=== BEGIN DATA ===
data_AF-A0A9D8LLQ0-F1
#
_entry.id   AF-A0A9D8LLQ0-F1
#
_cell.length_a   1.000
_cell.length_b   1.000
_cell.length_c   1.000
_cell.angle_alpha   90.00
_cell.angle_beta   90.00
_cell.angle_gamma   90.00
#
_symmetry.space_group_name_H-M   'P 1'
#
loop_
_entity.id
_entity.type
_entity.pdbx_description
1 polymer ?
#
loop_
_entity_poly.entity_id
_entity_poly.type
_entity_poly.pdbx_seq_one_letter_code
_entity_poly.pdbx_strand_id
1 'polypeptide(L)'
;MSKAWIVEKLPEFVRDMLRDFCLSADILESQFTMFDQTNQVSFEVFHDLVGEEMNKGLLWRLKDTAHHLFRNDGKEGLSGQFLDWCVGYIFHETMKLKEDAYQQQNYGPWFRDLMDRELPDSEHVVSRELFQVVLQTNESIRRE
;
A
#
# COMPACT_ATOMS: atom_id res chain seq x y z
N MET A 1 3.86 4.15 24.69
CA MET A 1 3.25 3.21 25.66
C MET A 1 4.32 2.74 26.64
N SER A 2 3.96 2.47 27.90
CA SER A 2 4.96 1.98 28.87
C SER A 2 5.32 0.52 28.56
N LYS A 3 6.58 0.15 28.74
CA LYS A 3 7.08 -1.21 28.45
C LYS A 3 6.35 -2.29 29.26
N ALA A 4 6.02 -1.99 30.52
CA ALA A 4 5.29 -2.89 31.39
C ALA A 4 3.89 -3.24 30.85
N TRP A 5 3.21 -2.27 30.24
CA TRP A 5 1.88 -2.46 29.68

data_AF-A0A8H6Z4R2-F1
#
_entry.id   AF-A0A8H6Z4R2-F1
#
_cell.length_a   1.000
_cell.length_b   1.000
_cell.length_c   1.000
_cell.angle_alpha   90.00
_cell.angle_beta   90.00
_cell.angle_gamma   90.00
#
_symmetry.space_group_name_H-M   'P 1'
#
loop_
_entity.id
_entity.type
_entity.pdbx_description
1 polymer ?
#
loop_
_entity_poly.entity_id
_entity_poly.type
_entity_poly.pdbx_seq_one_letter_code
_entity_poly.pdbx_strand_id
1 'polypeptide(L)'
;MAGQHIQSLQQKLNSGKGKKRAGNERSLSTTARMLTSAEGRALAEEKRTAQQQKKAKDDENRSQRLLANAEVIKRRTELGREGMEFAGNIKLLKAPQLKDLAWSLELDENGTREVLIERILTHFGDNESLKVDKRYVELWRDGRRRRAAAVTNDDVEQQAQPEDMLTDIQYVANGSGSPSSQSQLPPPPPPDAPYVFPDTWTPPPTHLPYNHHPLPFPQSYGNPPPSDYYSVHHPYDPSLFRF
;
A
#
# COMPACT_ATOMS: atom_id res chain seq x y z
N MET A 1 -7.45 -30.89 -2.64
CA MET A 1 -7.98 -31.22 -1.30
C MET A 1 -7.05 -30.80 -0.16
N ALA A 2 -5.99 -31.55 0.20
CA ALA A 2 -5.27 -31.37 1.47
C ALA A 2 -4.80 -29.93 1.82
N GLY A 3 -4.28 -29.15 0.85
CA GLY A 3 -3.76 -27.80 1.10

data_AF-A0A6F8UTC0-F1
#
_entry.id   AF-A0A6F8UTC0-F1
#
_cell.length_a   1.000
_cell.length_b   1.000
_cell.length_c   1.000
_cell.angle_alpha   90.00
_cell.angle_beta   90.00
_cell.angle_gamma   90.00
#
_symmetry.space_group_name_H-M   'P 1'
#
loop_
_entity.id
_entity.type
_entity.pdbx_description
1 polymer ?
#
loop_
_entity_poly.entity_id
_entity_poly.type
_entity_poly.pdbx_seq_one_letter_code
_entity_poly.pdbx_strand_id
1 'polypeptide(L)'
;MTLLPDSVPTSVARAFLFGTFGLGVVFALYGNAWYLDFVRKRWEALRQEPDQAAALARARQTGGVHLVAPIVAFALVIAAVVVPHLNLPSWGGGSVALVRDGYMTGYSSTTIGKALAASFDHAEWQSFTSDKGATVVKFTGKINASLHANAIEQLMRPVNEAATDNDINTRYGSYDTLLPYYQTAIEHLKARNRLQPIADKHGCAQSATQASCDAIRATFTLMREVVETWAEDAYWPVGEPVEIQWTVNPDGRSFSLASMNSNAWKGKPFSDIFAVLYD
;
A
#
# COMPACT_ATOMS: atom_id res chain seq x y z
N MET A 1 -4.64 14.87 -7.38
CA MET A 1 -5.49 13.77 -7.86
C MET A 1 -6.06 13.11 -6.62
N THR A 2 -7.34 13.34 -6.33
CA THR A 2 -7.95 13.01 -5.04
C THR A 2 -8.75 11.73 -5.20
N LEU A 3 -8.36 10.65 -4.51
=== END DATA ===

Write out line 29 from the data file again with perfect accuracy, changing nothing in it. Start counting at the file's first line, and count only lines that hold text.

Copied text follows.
#